Non-medullary thyroid carcinoma (NMTC) is mostly sporadic, but familial clustering is described. We aimed to compare the features of patients with sporadic and familial NMTC (FNMTC) patients and to assess whether FNMTC patients with parent-child relationship exhibit the 'anticipation' phenomenon (earlier age at disease onset and increased severity in successive generations). Among 300 NMTCs followed in the Section of Endocrinology (University of Siena, Italy), 34 (11.3%) patients, all with the papillary histotype, (16 kindred), met the criteria of FNMTC. Twenty-seven of them (79.4%) exhibited a parent-child relationship and seven (20.6%) a sibling relationship. These patients were compared with 235 patients with sporadic papillary thyroid cancer (PTCs). To analyze the features of FNMTC of the first and second generations, we cumulated the series of Siena with 32 additional FNMTC patients (15 kindred) from the Department of Endocrinology-Endocrine Oncology, Thessaloniki, Greece. Significant difference between sporadic PTC and FNMTC patients included more frequent tumor multifocality (P=0.001) and worse final outcome in FNMTC patients (P=0.001). Among 47 FNMTC with parent-child relationship, we found an earlier age at disease presentation (P<0.0001), diagnosis (P<0.0001), and disease onset (P=0.04) in the second generation when compared with the first generation. Patients in the second generation were more frequently males (P=0.02); their tumors were more frequently multifocal (P=0.003) and bilateral (P=0.01), had higher rate of lymph node metastases at surgery (P=0.02) and worse outcome (P=0.04) when compared with the first generation. In conclusion, FNMTC displays the features of clinical 'anticipation' with the second generation acquiring the disease at an earlier age and having more advanced disease at presentation.

Capezzone, M., Marchisotta, S., Cantara, S., Busonero, G., Brilli, L., PAZAITOU PANAYIOTOU, K., et al. (2008). Familial non-medullary thyroid carcinoma displays the features of clinical anticipation suggestive of a distinct biological entity. ENDOCRINE-RELATED CANCER, 15(4), 1075-1081 [10.1677/ERC-08-0080].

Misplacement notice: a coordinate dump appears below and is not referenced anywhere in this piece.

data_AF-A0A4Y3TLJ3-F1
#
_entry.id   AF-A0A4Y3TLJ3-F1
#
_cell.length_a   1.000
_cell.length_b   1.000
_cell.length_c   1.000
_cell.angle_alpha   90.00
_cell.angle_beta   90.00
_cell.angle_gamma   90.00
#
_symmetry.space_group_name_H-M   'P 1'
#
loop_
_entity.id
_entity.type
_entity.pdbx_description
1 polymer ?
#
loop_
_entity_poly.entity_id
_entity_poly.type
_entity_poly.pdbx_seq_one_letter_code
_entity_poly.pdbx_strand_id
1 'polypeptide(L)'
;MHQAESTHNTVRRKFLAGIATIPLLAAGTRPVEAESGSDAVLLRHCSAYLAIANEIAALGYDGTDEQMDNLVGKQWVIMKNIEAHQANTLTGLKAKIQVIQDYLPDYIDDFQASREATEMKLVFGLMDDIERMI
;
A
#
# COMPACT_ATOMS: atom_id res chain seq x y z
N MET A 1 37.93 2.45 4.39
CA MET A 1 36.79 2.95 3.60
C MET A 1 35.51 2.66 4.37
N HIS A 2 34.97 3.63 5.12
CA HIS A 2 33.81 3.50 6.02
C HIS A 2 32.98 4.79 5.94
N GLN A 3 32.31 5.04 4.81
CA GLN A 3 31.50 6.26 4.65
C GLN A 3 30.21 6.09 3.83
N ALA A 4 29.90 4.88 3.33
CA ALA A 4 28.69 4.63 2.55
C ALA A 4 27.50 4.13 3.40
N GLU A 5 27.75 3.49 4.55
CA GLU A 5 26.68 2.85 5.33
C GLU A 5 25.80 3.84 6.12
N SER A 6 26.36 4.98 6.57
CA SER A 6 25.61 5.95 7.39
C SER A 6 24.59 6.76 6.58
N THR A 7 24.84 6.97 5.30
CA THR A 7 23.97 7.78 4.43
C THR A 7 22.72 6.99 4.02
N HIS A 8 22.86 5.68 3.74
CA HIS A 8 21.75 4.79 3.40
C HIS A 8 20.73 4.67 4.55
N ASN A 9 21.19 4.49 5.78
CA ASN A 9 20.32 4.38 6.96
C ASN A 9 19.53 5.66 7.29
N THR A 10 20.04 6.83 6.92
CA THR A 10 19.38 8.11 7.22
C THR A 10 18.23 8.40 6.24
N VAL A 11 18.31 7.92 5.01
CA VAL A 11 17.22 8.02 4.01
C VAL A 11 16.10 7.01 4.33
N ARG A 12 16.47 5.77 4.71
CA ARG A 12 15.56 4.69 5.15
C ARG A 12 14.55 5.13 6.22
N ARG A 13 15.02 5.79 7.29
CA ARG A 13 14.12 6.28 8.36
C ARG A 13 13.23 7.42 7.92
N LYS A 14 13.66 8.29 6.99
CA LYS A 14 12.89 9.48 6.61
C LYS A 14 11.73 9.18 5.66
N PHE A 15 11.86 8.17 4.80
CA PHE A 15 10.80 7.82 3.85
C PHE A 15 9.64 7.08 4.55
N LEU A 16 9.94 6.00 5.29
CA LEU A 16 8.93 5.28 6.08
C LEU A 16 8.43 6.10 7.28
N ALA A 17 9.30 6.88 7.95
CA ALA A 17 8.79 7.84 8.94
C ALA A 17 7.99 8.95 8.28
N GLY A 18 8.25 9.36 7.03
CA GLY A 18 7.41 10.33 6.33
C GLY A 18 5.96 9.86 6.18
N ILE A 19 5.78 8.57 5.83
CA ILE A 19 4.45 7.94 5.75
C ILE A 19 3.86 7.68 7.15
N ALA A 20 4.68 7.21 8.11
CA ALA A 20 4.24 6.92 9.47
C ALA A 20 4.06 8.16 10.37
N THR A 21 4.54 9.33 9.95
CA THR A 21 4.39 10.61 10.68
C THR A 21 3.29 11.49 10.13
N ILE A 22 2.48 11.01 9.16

Familial non-medullary thyroid carcinoma displays the features of clinical anticipation suggestive of a distinct biological entity.

CANTARA S;CARLI, ANTON FERDINANDO;TOTI, PAOLO;PACINI, FURIO
2008

Abstract

Non-medullary thyroid carcinoma (NMTC) is mostly sporadic, but familial clustering is described. We aimed to compare the features of patients with sporadic and familial NMTC (FNMTC) patients and to assess whether FNMTC patients with parent-child relationship exhibit the 'anticipation' phenomenon (earlier age at disease onset and increased severity in successive generations). Among 300 NMTCs followed in the Section of Endocrinology (University of Siena, Italy), 34 (11.3%) patients, all with the papillary histotype, (16 kindred), met the criteria of FNMTC. Twenty-seven of them (79.4%) exhibited a parent-child relationship and seven (20.6%) a sibling relationship. These patients were compared with 235 patients with sporadic papillary thyroid cancer (PTCs). To analyze the features of FNMTC of the first and second generations, we cumulated the series of Siena with 32 additional FNMTC patients (15 kindred) from the Department of Endocrinology-Endocrine Oncology, Thessaloniki, Greece. Significant difference between sporadic PTC and FNMTC patients included more frequent tumor multifocality (P=0.001) and worse final outcome in FNMTC patients (P=0.001). Among 47 FNMTC with parent-child relationship, we found an earlier age at disease presentation (P<0.0001), diagnosis (P<0.0001), and disease onset (P=0.04) in the second generation when compared with the first generation. Patients in the second generation were more frequently males (P=0.02); their tumors were more frequently multifocal (P=0.003) and bilateral (P=0.01), had higher rate of lymph node metastases at surgery (P=0.02) and worse outcome (P=0.04) when compared with the first generation. In conclusion, FNMTC displays the features of clinical 'anticipation' with the second generation acquiring the disease at an earlier age and having more advanced disease at presentation.
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Utilizza questo identificativo per citare o creare un link a questo documento: http://hdl.handle.net/11365/26244
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